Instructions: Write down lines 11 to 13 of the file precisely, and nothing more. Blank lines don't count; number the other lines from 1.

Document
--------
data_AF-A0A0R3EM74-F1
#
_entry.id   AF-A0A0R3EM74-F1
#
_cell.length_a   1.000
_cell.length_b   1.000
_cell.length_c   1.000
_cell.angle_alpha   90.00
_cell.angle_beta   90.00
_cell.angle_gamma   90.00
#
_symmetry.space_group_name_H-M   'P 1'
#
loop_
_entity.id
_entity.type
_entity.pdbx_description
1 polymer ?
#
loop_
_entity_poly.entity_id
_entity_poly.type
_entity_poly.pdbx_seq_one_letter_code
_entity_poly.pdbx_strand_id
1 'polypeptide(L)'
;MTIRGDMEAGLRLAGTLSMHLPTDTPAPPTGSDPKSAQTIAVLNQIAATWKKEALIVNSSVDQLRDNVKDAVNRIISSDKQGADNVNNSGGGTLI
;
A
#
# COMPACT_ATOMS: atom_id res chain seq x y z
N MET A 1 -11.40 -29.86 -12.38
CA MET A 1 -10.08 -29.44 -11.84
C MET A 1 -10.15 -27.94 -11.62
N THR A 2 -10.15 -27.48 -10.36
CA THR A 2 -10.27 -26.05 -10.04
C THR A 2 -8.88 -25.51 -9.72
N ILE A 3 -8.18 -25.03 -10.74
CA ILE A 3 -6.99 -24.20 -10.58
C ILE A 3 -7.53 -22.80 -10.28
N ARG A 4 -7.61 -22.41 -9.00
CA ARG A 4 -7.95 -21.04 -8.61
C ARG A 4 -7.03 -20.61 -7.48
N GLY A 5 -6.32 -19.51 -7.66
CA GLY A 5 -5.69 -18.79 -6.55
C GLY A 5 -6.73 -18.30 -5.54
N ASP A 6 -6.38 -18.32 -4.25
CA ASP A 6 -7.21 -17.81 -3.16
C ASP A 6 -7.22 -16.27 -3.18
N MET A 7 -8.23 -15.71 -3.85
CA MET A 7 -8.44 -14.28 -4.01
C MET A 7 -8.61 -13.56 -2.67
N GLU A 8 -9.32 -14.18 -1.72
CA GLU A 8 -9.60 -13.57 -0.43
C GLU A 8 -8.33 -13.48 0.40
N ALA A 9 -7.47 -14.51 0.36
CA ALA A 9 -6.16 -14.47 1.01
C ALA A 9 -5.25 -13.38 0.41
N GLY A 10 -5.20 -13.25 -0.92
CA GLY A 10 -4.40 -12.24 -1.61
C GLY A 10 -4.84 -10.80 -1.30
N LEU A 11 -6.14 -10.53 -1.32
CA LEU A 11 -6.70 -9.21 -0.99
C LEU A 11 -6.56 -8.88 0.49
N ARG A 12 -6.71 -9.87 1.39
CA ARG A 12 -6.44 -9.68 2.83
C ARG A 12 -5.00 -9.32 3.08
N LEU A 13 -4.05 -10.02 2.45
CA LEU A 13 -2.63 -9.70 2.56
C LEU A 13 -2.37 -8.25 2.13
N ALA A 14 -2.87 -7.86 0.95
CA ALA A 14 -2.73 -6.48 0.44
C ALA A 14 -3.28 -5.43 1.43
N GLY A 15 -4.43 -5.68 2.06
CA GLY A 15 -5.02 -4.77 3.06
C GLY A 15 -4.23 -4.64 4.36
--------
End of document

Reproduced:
#
_symmetry.space_group_name_H-M   'P 1'
#